I can’t wait to intrude on another corporate meeting again. The dozens of activists from Bangladesh who had been fantastic organising a demonstration outside, making placards and chanting, met up with me afterwards for a coffee. They were over the moon that the directors had been humiliated. After all, local people from Bangladesh aren’t allowed in to the AGM as they don’t have shares. The company has ignored their concerns, their vigils, marches, strikes and their right to a home. Days like today are one of the few chances for people affected by GCM’s recklessness to have a voice. And Santa Claus delivered the goods, just like he should.
So: to all you boys and girls looking forward to Christmas this year, don’t be like GCM. If you want a good gift this year, be good little boys and girls. Don’t fight with your friends at school, eat your greens, and most importantly don’t accept a six-figure pay package to mine people’s homes. Santa knows if you’ve been good or bad, so be good, for goodness’ sake.
Oh, and if you’d like to join me doing the same (or better) at next year’s GCM AGM, get in touch with the Climate Justice Collective. We’re not going to stop until we win. What are you going to do?
By climatejusticecollective, 08-Nov-2012 13:30:00
The UK's longest power-station occupation has come to an end week after an incredible seven day shut down of West Burton gas-fired power station. Here's a statement from the incredible No Dash For Gas crew:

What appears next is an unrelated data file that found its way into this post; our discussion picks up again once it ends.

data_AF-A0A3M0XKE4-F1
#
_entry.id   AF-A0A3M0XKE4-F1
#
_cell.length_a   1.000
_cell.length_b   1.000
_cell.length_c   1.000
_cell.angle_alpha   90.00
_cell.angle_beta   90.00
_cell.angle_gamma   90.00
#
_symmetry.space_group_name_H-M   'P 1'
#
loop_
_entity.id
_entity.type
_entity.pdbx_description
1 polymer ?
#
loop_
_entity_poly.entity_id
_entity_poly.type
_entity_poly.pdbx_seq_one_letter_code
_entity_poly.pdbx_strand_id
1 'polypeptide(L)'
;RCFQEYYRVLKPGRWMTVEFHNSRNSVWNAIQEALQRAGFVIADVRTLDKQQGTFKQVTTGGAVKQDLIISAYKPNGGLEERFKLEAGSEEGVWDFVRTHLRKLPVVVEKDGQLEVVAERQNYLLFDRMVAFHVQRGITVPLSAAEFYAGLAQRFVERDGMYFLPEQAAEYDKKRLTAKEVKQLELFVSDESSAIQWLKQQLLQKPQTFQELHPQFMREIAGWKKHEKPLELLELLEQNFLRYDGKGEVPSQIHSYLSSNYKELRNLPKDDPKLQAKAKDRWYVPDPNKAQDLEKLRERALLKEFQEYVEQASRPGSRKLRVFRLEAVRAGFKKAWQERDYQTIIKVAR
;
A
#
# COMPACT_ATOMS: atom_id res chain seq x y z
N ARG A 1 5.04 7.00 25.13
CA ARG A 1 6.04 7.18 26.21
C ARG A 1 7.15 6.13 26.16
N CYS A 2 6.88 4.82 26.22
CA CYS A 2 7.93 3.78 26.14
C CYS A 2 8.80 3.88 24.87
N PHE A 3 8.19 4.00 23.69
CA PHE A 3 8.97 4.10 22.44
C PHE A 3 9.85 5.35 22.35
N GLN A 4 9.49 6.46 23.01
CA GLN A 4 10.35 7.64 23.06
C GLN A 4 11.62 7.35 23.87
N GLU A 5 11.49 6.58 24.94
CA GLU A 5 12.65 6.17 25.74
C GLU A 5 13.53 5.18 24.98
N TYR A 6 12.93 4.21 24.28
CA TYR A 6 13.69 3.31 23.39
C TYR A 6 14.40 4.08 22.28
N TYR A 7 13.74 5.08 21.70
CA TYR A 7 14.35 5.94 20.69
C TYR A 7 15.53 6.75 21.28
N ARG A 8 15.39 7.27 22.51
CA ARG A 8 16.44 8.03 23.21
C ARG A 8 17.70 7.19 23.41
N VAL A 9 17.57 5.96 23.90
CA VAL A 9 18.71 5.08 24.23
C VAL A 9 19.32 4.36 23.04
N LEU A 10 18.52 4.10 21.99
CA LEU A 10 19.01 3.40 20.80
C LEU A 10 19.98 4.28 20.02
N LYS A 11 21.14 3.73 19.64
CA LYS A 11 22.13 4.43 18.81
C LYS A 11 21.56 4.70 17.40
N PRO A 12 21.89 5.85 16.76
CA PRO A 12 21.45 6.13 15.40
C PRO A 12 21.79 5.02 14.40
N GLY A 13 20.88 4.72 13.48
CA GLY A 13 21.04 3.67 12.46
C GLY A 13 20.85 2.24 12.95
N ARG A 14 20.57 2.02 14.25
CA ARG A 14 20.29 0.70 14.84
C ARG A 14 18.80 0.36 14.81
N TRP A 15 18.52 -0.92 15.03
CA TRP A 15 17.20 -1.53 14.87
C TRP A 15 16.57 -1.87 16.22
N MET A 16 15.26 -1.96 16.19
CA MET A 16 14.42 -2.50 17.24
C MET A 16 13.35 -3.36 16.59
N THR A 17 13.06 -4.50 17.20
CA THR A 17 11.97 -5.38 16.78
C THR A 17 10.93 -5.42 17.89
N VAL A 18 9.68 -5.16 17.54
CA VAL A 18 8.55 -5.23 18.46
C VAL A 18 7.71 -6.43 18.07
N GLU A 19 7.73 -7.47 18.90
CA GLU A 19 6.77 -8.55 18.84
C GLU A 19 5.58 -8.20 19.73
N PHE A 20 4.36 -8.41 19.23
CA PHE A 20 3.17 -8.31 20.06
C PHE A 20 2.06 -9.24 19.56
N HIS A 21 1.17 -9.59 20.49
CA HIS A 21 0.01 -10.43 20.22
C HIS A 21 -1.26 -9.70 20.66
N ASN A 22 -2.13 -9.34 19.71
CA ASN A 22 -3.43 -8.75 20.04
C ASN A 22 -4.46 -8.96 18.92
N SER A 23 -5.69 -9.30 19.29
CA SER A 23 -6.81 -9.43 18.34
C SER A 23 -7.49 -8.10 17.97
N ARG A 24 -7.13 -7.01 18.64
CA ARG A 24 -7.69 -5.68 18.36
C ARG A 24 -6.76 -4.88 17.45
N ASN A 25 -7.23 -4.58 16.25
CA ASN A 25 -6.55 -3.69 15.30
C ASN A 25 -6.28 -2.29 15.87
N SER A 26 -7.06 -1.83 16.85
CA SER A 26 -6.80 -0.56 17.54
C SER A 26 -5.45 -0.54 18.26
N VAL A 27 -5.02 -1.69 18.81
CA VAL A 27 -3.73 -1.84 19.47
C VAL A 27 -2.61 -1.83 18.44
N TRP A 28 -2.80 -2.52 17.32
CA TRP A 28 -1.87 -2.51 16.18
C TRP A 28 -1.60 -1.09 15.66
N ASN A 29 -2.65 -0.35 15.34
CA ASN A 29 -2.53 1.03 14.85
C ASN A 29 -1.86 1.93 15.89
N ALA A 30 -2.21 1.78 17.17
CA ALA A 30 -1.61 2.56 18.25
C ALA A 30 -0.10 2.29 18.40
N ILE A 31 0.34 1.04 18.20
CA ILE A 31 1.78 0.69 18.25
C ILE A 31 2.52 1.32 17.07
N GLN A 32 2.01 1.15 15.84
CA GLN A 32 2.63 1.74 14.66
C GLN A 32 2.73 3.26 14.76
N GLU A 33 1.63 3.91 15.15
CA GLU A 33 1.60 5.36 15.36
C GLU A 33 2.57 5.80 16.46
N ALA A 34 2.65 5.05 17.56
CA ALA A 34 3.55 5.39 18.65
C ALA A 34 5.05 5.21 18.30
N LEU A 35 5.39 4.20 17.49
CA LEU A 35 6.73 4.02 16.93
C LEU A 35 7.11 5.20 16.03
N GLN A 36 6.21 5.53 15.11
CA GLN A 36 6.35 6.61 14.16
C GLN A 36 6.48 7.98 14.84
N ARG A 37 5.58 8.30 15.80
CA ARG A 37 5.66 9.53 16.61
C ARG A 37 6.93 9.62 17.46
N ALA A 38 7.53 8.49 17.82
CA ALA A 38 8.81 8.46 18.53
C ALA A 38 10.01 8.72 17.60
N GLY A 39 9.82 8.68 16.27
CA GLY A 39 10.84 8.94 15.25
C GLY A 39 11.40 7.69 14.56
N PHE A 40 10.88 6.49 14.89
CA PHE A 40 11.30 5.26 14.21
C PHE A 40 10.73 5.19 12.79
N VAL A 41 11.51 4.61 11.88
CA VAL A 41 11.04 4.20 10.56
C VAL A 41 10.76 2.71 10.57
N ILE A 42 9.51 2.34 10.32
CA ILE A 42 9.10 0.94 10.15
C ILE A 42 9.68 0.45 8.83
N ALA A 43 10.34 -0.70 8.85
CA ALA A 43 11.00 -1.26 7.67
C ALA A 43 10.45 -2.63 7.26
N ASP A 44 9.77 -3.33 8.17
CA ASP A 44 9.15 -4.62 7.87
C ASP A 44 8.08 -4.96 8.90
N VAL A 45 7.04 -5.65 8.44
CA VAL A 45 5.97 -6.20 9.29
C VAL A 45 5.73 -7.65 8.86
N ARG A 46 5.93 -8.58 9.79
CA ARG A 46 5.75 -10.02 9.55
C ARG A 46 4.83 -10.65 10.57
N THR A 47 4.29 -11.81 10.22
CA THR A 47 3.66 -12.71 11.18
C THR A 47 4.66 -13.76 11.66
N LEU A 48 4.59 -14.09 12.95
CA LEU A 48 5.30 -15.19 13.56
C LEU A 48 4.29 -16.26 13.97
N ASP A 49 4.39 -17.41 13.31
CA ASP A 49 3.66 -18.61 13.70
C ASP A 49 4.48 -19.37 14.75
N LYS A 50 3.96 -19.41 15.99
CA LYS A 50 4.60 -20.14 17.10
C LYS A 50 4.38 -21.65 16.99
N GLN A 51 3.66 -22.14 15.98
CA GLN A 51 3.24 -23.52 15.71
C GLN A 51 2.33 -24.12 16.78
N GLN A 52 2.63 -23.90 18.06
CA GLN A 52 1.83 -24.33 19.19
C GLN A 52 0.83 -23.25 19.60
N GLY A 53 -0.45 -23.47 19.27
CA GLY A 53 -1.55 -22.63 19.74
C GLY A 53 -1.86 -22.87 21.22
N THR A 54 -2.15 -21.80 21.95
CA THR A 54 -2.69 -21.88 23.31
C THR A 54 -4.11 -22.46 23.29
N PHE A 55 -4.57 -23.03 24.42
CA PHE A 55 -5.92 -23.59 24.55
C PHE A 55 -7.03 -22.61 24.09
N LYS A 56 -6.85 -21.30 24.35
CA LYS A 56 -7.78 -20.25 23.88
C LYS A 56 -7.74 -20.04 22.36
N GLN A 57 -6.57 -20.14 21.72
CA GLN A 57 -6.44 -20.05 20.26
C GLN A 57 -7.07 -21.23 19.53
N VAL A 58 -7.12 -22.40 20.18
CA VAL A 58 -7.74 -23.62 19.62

'Early on Monday 29th October, sixteen people scaled the chimneys of West Burton gas-fired power station, shutting it down and halting further construction. West Burton is one of the first of up to 20 new gas-fired power stations the Government has planned.
The new ‘dash for gas’ will leave us dependent on a highly polluting and increasingly expensive fossil fuel for decades to come. It would make even our modest carbon reduction targets impossible to hit, and cause household energy bills to soar even further. While energy companies profit, our chances of a secure and sustainable future are slipping away.
This action is therefore in defence of the global commons, which are under sustained attack by polluting fossil fuel companies. We are here to challenge corporate power and the rush to further ingrain an energy system that puts short term profits of the few, above the collective needs of the many.
Replacing our outdated energy infrastructure with clean alternatives will generate hundreds of thousands of jobs. The technology is already powering thousands of homes across the UK, and enjoys overwhelming public support.